In statistics, the median is the middle of a distribution in the sense that half the values are below and half are above the median. The median is an important statistical measure in many business contexts. For example, the median household income in the US is the level of income at which half of the household earned more, and the other half earned less. Detailed statistics sometimes report both the median and the (arithmetic) mean. The comparison between the median and mean suggests the distribution's shape. Where the mean and median are equal, the distribution will tend to be symmetrical. If the distribution has a long right tale, the mean tends to be higher than the median. In residential real estate, home price statistics in particularly expensive areas are more likely to report both the median and mean prices for a given period. In those areas, the highest priced properties usually increase the mean more than the median. In Manhattan, the mean apartment price is typically higher than the median price by a few hundred thousand dollars.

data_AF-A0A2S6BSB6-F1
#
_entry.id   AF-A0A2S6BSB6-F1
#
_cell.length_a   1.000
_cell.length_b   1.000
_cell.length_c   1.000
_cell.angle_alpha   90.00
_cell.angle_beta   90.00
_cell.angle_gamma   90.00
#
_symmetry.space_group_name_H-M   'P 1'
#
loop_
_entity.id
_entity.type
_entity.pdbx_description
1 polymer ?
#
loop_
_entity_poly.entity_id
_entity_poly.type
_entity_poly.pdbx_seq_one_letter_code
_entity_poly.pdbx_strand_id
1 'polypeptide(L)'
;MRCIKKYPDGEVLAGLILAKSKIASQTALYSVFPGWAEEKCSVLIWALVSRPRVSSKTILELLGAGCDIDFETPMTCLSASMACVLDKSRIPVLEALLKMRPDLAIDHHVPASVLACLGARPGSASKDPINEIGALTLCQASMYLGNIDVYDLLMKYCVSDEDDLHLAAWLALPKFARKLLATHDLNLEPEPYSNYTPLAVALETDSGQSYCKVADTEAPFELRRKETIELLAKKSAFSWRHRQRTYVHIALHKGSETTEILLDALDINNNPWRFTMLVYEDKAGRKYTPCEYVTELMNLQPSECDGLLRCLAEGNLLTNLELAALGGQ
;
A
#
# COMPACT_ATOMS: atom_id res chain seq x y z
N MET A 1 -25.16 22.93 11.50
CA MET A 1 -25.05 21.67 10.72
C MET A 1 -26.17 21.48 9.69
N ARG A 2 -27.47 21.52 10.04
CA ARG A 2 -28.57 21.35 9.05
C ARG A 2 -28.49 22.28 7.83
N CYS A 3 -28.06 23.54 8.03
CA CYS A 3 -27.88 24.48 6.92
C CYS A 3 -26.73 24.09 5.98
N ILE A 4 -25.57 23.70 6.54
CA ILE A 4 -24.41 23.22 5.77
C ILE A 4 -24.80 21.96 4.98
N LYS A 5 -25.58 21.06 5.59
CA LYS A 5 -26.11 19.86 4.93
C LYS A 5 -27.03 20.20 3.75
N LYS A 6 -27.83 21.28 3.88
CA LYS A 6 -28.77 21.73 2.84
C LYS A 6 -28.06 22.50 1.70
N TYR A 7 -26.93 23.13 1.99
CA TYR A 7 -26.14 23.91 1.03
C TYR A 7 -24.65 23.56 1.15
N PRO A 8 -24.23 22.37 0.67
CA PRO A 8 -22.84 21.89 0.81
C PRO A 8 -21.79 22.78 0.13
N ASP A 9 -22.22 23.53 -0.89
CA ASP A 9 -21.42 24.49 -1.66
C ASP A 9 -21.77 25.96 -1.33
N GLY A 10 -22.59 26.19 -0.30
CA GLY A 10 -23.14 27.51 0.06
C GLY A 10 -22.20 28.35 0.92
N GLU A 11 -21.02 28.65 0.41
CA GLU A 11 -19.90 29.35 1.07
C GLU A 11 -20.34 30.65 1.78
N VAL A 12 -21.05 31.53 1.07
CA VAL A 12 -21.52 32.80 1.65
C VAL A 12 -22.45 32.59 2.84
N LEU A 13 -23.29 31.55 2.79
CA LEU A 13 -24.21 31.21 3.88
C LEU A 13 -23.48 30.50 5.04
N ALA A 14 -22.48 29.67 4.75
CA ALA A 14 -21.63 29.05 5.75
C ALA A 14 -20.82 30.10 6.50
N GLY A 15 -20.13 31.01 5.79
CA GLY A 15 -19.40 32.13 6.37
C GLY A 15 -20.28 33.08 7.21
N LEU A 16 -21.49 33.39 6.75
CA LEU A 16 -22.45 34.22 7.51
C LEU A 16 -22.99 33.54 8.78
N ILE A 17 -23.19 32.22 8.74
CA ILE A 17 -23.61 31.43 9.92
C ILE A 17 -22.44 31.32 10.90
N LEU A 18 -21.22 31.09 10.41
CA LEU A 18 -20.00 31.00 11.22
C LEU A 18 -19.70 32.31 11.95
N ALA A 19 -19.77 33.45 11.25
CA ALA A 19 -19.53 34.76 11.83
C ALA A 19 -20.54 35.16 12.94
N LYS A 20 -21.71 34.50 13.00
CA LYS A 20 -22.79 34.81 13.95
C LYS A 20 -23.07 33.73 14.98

Rate this median definition...




Where is the market headed? The answer may surprise you. Find out with the exclusive & Barron's recommended charts of Chart of the Day. 

Popular Terms: implied volatility, EBITDA, minority interest, VIX, class C shares, 1035 exchange, real GDP, 401a, labor relations, per diem, required rate of return, reverse mortgage, stock market close, inflation, LIBOR, margin rate, 144a, debt service coverage, diluted share, in escrow, dividends payable, retained earnings, option premium, Key Rate Duration, quality assurance, FTSE, liquidity ratio, irrevocable trust, command economy, deferred revenue, whollyowned subsidiary, cancelled check, covered put, average price per share, APR, Zero Cost Collar, 1031 exchange, current ratio, FICO score, balance sheet, annual return, stock split, deferred tax, exdividend date, phantom income, exdividend, open position, risk management, limit order